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For a Banach algebra $A$ the bidual $A^{**}$ may be given two natural products called the Arens products. By local reflexivity, there is an ultrafilter $U$ so that $A^{**}$ embeds into the ultrapower $A^U$ isometrically via some map $h$. This map has a one-sided inverse $\sigma\colon A^U\to A^{**}$ given by $\sigma([x_i])=w^*-\lim x_i$.

Is this map an algebra homomorphism for the Arens products in $A^{**}$?

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    $\begingroup$ Although it's not needed for your actual question, you might want to look at Daws's paper arxiv.org/abs/0708.4029 if you haven't already done so $\endgroup$ – Yemon Choi Apr 12 '17 at 17:27
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In general, no: for certain $A$ one can get non-zero $c\in A$ and sequences $(a_n)$ and $(b_n)$ in $A$ that converge weakly to zero, such that $a_n b_n=c$ for all $n$; these will show that $\ker\sigma$ is not even closed under multiplication, let alone an ideal.

We can arrange for $A$ to be Arens regular, so that $A^{**}$ is even a dual Banach algebra.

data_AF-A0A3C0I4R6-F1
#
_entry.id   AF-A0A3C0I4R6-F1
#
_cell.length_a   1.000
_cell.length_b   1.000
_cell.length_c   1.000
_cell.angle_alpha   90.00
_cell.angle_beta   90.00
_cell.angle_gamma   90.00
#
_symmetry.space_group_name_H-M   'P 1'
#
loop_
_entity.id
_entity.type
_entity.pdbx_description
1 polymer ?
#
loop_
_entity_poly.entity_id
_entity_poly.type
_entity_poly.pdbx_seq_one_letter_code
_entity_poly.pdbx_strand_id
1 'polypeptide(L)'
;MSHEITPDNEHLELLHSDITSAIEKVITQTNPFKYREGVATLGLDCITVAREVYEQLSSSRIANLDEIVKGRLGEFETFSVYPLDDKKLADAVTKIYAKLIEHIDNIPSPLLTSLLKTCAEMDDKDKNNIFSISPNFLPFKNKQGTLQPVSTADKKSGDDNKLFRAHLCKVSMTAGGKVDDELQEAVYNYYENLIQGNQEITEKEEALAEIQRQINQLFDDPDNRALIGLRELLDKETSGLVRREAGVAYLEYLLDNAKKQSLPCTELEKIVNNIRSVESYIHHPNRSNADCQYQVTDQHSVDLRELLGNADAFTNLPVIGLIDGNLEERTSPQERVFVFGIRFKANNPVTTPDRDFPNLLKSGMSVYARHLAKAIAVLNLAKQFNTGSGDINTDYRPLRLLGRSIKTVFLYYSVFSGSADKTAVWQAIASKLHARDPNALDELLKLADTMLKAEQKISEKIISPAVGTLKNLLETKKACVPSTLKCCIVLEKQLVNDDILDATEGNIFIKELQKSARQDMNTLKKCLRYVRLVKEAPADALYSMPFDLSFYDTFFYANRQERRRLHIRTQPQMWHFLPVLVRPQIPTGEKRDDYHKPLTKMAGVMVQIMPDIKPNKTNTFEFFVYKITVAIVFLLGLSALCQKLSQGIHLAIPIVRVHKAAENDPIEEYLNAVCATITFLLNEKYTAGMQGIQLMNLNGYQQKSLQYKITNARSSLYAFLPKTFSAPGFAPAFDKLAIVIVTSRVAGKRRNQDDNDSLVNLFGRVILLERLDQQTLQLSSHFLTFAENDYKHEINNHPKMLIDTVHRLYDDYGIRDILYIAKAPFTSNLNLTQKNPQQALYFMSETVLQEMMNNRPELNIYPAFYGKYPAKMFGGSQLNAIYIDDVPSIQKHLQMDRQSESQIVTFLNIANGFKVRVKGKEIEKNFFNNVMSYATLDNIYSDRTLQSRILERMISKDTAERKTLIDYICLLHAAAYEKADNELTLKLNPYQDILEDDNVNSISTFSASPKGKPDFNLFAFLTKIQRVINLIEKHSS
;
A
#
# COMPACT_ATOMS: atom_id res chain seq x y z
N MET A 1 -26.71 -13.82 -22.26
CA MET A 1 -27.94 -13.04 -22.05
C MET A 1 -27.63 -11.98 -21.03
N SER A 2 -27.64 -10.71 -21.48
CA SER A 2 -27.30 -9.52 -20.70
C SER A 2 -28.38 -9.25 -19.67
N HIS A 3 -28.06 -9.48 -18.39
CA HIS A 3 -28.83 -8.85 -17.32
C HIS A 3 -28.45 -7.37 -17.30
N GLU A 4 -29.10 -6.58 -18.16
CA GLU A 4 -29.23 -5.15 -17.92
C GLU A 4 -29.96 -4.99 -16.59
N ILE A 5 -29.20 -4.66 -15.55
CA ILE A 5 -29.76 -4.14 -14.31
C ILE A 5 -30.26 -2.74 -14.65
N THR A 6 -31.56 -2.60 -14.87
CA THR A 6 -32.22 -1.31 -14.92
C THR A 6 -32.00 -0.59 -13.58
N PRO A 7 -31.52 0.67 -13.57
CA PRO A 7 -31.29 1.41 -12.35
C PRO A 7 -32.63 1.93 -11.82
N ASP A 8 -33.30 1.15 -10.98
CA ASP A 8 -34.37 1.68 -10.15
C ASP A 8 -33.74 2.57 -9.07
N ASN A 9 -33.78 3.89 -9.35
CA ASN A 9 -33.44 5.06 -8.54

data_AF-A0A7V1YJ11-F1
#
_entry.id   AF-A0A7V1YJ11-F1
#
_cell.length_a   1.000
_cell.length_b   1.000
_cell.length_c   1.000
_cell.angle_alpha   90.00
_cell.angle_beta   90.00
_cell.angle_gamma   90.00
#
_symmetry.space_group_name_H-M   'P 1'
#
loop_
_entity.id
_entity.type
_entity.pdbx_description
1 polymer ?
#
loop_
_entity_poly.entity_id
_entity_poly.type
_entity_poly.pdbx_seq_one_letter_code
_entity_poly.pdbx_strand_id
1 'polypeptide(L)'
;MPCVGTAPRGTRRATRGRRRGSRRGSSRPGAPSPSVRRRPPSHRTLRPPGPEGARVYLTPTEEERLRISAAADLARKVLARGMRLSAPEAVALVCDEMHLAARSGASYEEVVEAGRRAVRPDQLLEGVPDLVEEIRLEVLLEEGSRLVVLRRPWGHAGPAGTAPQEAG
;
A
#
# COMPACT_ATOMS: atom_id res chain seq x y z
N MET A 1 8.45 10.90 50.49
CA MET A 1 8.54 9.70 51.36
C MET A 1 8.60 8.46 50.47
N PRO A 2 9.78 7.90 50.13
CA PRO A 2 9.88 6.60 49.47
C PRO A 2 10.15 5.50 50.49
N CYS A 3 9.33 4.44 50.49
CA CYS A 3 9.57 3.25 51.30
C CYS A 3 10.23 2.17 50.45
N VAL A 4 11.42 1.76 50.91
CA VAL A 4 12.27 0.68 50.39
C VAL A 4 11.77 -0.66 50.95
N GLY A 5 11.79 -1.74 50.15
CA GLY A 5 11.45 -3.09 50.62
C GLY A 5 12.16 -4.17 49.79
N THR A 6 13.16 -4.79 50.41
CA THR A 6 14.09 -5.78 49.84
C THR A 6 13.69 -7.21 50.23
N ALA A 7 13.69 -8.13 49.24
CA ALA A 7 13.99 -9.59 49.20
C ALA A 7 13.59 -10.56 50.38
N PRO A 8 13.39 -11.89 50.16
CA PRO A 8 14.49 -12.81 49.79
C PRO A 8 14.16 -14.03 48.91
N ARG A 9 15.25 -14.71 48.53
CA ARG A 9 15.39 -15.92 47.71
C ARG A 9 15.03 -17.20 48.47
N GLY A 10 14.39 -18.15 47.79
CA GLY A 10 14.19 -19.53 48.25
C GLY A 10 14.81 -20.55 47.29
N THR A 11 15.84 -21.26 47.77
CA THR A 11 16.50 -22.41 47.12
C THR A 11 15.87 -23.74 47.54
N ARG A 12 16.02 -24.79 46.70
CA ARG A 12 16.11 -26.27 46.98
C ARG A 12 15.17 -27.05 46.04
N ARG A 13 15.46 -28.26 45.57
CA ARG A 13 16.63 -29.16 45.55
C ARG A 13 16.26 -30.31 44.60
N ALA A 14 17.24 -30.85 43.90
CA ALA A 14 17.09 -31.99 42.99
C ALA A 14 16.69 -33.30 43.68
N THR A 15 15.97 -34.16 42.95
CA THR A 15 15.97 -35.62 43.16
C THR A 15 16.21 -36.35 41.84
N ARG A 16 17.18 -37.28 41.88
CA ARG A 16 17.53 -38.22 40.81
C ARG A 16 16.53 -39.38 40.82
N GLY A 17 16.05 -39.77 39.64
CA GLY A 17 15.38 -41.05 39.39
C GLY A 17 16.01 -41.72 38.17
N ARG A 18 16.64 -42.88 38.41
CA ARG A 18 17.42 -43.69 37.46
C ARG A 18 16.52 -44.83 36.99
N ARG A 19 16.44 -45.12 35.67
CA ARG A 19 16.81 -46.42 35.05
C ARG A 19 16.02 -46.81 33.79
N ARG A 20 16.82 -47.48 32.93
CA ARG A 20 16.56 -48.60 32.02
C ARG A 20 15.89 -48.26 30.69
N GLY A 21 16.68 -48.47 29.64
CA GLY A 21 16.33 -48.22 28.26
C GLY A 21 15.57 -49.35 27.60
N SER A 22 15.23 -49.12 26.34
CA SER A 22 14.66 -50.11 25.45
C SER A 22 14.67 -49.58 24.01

(As a loose analogy: one should suspect that the question has a negative answer just because $\lim_i \lim_j a_{ij}$ can be very different from $\lim_n a_{nn}$ for a doubly-indexed sequence of scalars.)

Here is one example, which I probably learned from conversations with Matt Daws; there should be many others with similar behaviour. I use $\ell_2$ to denote $\ell_2({\bf N})$. Take $A= K(\ell_2)$, let $a_n$ be the operator that sends $\delta_n$ to $\delta_1$ and all other basis vectors to $0$; and let $b_n$ be the operator that sends $\delta_1$ to $\delta_n$ and all other basis vectors to $0$. Clearly $a_nb_n$ is the projection onto the span of $\delta_1$, for all $n$.

It only remains to justify the claim that $a_n \stackrel{w}{\longrightarrow} 0$ and $b_n \stackrel{w}{\longrightarrow} 0$. By trace duality every functional on $A$ is of the form $x\mapsto {\rm Tr}(yx)$ for some trace class operator $y$. A direct calculation shows that ${\rm Tr}(ya_n) = \langle y\delta_1, \delta_n\rangle\to 0$ as $n\to\infty$, and likewise ${\rm Tr}(yb_n)=\langle y\delta_n,\delta_1 \rangle = \langle \delta_n, y^*\delta_1\rangle \to 0$.

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